The Sanho HyperDrive USB-C 6-in-1 Hub clips to an iPad and adds a collection of ports, allowing the tablet to make use of a variety of popular accessories, from mice and headphones to external displays. The multiport adapter offers outstanding functionality in minimal space.
The original version is one of the best iPad accessories ever. I tested the followup and it’s even better.
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Sanho HyperDrive USB-C 6-in-1 Hub for iPad review
iPad Pro and iPad Air are marvelously slim and sleek, but they make you get by on a single USB-C port. With adapters, that port can connect to a huge range of accessories: external drives, monitors, memory cards, keyboards, headphones… the list goes on and on.
The Sanho HyperDrive USB-C 6-in-1 Hub lets you use nearly every one of these peripherals, many of them at the same time. And it conveniently clips to the side of the iPad and takes up hardly any room.
Hardware and design
This isn’t some bulky MacBook hub you can also plug into your tablet. Sanho made an accessory that very nearly becomes part of your iPad. It plugs into the USB-C port and clings to the side of your computer.
The casing is aluminum and the outer corners are rounded to match the look of the tablet. And the HyperDrive hub for iPad comes in silver or space gray for an even better match.
At 3.6 inches by 1.2 in. by 0.4 inches and just 1.2 ounces (0.07 pounds), the multiport adapter is easily pocketable.
A black plastic flange on one long edge of the hub serves to keep it in place when cables are plugged in. This greatly reduces stress on the iPad Pro’s USB-C port. In my testing, it worked very well; the hub stays connected even with a heavy HDMI cable plugged in. And that held true for years of use with the first version.
Serious tablet owners can probably find a use for all six of the ports in this hub.
The HDMI port got an upgrade in the new version. It’s capable of 4K video at 60Hz, while its predecessor topped out at 4K at 30Hz. That makes it an even better option for playing games or watching TV. I tested the port and am quite pleased with it.
The USB-A port in the HyperDrive allows a range of easily available accessories to be plugged into the iPad, like keyboards, mice and thumbdrives. I’m not a fan of trackpads, so I often use this port with a mouse.
For data transfers, it supports USB 3.1 Gen 1, so it’s capable of transferring data at up to 625 MBps. In testing, I was able to copy a 1 GB file from an external drive to my iPad Pro in 12 seconds, and copy the same file back onto the external drive in 43 seconds.
Sanho’s hub offers both an SD card reader and a microSD card reader. Both are handy for importing images taken with external cameras. But note that they can not be used at the same time — plug something into one reader and the other becomes inactive.
These slots support UHS-I so they can transfer data at up to 104 MB/s. Copying a 1 GB file from a microSD card to my tablet took 25 seconds, and copying the same file back onto the external drive required 114 seconds.
The HyperDrive hub for iPad also includes a 3.5mm headset jack so you can use a wired headset while working on your iPad. Sanho says nothing about the DEC so don’t expect studio-quality audio. But it sounds quite good to my non-professional ears.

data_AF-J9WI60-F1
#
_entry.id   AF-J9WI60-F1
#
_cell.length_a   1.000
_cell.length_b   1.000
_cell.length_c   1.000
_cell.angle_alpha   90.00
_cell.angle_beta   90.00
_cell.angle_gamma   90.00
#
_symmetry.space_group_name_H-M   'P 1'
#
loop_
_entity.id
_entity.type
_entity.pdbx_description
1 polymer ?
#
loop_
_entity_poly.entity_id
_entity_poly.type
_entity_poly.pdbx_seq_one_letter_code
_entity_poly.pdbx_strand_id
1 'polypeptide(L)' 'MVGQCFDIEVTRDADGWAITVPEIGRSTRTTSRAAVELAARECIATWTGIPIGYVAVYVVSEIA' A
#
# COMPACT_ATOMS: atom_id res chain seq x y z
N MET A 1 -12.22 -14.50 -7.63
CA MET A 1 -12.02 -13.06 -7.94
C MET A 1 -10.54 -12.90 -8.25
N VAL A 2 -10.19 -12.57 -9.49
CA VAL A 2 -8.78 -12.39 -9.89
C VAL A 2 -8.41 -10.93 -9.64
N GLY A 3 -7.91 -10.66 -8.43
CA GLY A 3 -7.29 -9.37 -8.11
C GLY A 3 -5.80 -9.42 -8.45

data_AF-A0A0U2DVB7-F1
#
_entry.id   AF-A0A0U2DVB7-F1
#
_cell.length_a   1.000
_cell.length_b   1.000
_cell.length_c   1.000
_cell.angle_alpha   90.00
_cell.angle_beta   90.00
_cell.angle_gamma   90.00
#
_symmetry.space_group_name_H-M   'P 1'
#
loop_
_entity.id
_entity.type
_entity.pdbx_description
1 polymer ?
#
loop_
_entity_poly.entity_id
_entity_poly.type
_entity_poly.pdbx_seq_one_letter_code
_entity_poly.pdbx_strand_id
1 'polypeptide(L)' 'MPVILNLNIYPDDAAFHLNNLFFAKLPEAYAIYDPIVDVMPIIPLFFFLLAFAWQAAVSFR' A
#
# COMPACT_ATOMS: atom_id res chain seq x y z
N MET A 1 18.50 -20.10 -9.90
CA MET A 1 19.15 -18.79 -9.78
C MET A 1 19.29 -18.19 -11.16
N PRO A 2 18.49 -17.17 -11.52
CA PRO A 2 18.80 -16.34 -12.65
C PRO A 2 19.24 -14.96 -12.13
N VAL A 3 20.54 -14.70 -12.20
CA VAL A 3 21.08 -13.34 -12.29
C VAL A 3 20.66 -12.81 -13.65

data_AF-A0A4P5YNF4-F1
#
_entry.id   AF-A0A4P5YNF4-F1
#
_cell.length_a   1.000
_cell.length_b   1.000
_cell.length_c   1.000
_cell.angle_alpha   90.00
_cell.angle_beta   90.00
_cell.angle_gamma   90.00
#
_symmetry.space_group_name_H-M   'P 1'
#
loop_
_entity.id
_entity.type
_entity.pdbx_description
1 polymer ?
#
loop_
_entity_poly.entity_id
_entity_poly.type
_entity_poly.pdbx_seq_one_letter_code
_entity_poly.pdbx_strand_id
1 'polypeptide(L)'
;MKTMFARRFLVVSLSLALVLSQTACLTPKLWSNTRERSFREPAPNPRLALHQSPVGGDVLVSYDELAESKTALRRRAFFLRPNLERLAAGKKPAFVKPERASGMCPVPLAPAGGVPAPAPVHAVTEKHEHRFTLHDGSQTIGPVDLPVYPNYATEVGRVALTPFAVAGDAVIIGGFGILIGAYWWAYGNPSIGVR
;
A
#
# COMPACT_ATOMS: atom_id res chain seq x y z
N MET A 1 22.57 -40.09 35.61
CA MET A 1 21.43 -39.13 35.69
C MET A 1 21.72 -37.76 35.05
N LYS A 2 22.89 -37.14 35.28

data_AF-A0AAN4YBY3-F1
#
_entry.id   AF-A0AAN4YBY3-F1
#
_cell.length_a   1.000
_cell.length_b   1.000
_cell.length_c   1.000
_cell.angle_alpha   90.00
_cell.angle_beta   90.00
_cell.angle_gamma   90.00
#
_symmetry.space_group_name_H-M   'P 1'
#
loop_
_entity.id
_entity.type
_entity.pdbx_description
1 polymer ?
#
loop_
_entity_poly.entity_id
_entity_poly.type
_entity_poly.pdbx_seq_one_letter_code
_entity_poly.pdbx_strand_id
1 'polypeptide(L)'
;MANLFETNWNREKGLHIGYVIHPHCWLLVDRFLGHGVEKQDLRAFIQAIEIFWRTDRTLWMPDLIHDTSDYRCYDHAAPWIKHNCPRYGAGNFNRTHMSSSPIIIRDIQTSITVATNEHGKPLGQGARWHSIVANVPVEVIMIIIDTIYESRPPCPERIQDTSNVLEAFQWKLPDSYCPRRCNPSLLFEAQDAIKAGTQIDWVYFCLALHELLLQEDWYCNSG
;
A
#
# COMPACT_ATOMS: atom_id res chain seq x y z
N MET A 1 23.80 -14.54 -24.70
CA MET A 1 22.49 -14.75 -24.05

The USB-C port lets you charge your iPad while using the other ports. It supports up to 60W Power Delivery, though the iPad can only use 30W of that.
And that’s not it’s only use. You can plug in a USB-C drive and transfer data between it and a USB-A thumbdrive or an SD card also plugged into the hub. Sanho doesn’t list the data speed for this port, but it transferred a 1GB file in about 3 seconds so I suspect it’s USB 3.1 Gen 2. But there are limits. This port can’t handle an external monitor — I tried.
A drawback of this hub is that you won‘t get some of the ports available on larger multiport adapters. There’s only one USB-A port, and no Ethernet port.
The Sanho HyperDrive was designed for the 2020, 2019 and 2018 iPad Pro, as well as the 2020 iPad Air.
I tested it with a 2021 iPad Pro 12.9, which is just a bit thicker than its predecessors. It was not a problem — the accessory comes with a second, slightly wider flange designed for use with a screen protector. That one fits Apple’s newest tablet.
The side flange doesn’t interfere with attaching this hub to an iPad connected to an Apple Magic Keyboard or the Smart Keyboard, but the HyperDrive can’t be clipped onto the side of the iPad Pro when it’s in a case that covers most of the bottom edge.
Sanho’s solution is to make the flange removable, and include an adapter that allows a short USB-C extension cable to be attached. It’s a hassle requiring a screwdriver, though. Still, the screw-on cable allows this hub to be used with a MacBook.
Sanho HyperDrive USB-C 6-in-1 Hub for iPad final thoughts
Accessories come and go from my gear bag, but Sanho’s original HyperDrive hub for iPad stayed with me since it debuted back in 2019. It seems likely the improved followup will be with me for just as long.
This accessory is almost ridiculously small for all the ports it includes. And it connects solidly to the iPad — it won’t fall off just because you bump it slightly.
The closest rival to the HyperDrive is the Satechi Mobile Pro Hub ($59.99). It has a similar design and costs less, but it doesn’t have the memory card slots, nor does it include the protective flange.
Alternatively, you can chose any of the dozens of larger USB-C multiport adapters designed for MacBooks, like the Sanho HyperDrive Power 9-in-1 USB-C Hub ($99.99). iPad Pro and iPad Air can use these too.